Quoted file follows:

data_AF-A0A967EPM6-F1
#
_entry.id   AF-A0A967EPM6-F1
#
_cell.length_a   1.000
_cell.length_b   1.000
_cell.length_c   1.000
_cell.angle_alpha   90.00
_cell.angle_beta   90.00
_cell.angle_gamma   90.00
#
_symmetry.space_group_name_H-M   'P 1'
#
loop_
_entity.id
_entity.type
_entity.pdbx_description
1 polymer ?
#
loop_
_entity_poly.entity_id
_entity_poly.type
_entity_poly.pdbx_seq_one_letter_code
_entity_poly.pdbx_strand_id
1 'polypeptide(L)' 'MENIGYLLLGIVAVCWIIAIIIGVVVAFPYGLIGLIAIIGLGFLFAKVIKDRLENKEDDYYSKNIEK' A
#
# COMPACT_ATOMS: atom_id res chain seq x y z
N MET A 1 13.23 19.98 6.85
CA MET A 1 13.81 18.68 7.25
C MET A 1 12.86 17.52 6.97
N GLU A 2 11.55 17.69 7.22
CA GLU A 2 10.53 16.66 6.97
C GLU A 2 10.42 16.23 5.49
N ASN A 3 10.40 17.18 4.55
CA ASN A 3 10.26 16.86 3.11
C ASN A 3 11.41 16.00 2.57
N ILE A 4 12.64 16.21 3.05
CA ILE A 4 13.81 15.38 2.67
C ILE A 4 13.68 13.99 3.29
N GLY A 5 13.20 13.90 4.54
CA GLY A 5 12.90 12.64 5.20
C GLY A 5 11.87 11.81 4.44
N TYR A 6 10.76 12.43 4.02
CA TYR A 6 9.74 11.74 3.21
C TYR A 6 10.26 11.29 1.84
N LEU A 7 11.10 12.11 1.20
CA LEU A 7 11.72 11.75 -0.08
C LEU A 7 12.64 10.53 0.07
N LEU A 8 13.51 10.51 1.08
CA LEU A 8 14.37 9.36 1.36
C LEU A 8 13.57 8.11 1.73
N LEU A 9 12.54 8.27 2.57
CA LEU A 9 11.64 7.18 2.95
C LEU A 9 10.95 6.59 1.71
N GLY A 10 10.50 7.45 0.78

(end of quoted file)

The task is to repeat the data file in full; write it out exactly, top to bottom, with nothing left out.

data_AF-A0A967EPM6-F1
#
_entry.id   AF-A0A967EPM6-F1
#
_cell.length_a   1.000
_cell.length_b   1.000
_cell.length_c   1.000
_cell.angle_alpha   90.00
_cell.angle_beta   90.00
_cell.angle_gamma   90.00
#
_symmetry.space_group_name_H-M   'P 1'
#
loop_
_entity.id
_entity.type
_entity.pdbx_description
1 polymer ?
#
loop_
_entity_poly.entity_id
_entity_poly.type
_entity_poly.pdbx_seq_one_letter_code
_entity_poly.pdbx_strand_id
1 'polypeptide(L)' 'MENIGYLLLGIVAVCWIIAIIIGVVVAFPYGLIGLIAIIGLGFLFAKVIKDRLENKEDDYYSKNIEK' A
#
# COMPACT_ATOMS: atom_id res chain seq x y z
N MET A 1 13.23 19.98 6.85
CA MET A 1 13.81 18.68 7.25
C MET A 1 12.86 17.52 6.97
N GLU A 2 11.55 17.69 7.22
CA GLU A 2 10.53 16.66 6.97
C GLU A 2 10.42 16.23 5.49
N ASN A 3 10.40 17.18 4.55
CA ASN A 3 10.26 16.86 3.11
C ASN A 3 11.41 16.00 2.57
N ILE A 4 12.64 16.21 3.05
CA ILE A 4 13.81 15.38 2.67
C ILE A 4 13.68 13.99 3.29
N GLY A 5 13.20 13.90 4.54
CA GLY A 5 12.90 12.64 5.20
C GLY A 5 11.87 11.81 4.44
N TYR A 6 10.76 12.43 4.02
CA TYR A 6 9.74 11.74 3.21
C TYR A 6 10.26 11.29 1.84
N LEU A 7 11.10 12.11 1.20
CA LEU A 7 11.72 11.75 -0.08
C LEU A 7 12.64 10.53 0.07
N LEU A 8 13.51 10.51 1.08
CA LEU A 8 14.37 9.36 1.36
C LEU A 8 13.57 8.11 1.73
N LEU A 9 12.54 8.27 2.57
CA LEU A 9 11.64 7.18 2.95
C LEU A 9 10.95 6.59 1.71
N GLY A 10 10.50 7.45 0.78